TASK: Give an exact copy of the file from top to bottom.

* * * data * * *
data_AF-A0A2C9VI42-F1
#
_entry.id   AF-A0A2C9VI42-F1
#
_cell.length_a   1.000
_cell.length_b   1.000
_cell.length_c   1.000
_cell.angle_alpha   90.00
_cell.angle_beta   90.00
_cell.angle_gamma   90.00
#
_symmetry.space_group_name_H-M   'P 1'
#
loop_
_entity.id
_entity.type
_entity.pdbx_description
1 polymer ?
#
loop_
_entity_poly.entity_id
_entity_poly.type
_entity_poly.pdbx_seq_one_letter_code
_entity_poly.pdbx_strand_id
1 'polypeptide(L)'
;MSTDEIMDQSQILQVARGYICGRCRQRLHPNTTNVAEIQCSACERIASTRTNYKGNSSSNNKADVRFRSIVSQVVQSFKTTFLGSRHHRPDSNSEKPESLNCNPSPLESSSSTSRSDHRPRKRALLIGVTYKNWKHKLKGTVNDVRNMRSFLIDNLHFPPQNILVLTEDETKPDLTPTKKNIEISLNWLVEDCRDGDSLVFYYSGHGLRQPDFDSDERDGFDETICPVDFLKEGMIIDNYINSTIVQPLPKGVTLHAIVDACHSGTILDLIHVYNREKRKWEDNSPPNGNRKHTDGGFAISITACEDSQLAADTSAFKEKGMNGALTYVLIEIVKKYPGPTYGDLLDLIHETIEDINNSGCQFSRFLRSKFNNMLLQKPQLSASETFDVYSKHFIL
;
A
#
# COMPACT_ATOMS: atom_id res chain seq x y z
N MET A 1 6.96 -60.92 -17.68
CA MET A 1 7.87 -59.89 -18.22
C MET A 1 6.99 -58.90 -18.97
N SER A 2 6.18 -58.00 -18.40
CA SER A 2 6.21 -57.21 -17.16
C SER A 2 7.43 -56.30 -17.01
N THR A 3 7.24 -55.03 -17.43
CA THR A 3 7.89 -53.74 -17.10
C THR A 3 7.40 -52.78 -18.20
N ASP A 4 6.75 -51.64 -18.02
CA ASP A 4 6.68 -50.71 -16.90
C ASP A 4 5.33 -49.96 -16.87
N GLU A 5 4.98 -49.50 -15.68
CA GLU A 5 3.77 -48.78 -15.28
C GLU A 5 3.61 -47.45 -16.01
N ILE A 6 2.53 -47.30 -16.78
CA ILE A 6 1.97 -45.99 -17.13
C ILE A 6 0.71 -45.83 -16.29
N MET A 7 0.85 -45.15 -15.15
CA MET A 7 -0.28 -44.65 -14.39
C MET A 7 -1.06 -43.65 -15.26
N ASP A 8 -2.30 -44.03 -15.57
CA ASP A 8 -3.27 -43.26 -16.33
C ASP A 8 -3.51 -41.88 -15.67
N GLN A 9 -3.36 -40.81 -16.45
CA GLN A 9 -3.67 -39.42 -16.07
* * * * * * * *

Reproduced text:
data_AF-A0A2C9VI42-F1
#
_entry.id   AF-A0A2C9VI42-F1
#
_cell.length_a   1.000
_cell.length_b   1.000
_cell.length_c   1.000
_cell.angle_alpha   90.00
_cell.angle_beta   90.00
_cell.angle_gamma   90.00
#
_symmetry.space_group_name_H-M   'P 1'
#
loop_
_entity.id
_entity.type
_entity.pdbx_description
1 polymer ?
#
loop_
_entity_poly.entity_id
_entity_poly.type
_entity_poly.pdbx_seq_one_letter_code
_entity_poly.pdbx_strand_id
1 'polypeptide(L)'
;MSTDEIMDQSQILQVARGYICGRCRQRLHPNTTNVAEIQCSACERIASTRTNYKGNSSSNNKADVRFRSIVSQVVQSFKTTFLGSRHHRPDSNSEKPESLNCNPSPLESSSSTSRSDHRPRKRALLIGVTYKNWKHKLKGTVNDVRNMRSFLIDNLHFPPQNILVLTEDETKPDLTPTKKNIEISLNWLVEDCRDGDSLVFYYSGHGLRQPDFDSDERDGFDETICPVDFLKEGMIIDNYINSTIVQPLPKGVTLHAIVDACHSGTILDLIHVYNREKRKWEDNSPPNGNRKHTDGGFAISITACEDSQLAADTSAFKEKGMNGALTYVLIEIVKKYPGPTYGDLLDLIHETIEDINNSGCQFSRFLRSKFNNMLLQKPQLSASETFDVYSKHFIL
;
A
#
# COMPACT_ATOMS: atom_id res chain seq x y z
N MET A 1 6.96 -60.92 -17.68
CA MET A 1 7.87 -59.89 -18.22
C MET A 1 6.99 -58.90 -18.97
N SER A 2 6.18 -58.00 -18.40
CA SER A 2 6.21 -57.21 -17.16
C SER A 2 7.43 -56.30 -17.01
N THR A 3 7.24 -55.03 -17.43
CA THR A 3 7.89 -53.74 -17.10
C THR A 3 7.40 -52.78 -18.20
N ASP A 4 6.75 -51.64 -18.02
CA ASP A 4 6.68 -50.71 -16.90
C ASP A 4 5.33 -49.96 -16.87
N GLU A 5 4.98 -49.50 -15.68
CA GLU A 5 3.77 -48.78 -15.28
C GLU A 5 3.61 -47.45 -16.01
N ILE A 6 2.53 -47.30 -16.78
CA ILE A 6 1.97 -45.99 -17.13
C ILE A 6 0.71 -45.83 -16.29
N MET A 7 0.85 -45.15 -15.15
CA MET A 7 -0.28 -44.65 -14.39
C MET A 7 -1.06 -43.65 -15.26
N ASP A 8 -2.30 -44.03 -15.57
CA ASP A 8 -3.27 -43.26 -16.33
C ASP A 8 -3.51 -41.88 -15.67
N GLN A 9 -3.36 -40.81 -16.45
CA GLN A 9 -3.67 -39.42 -16.07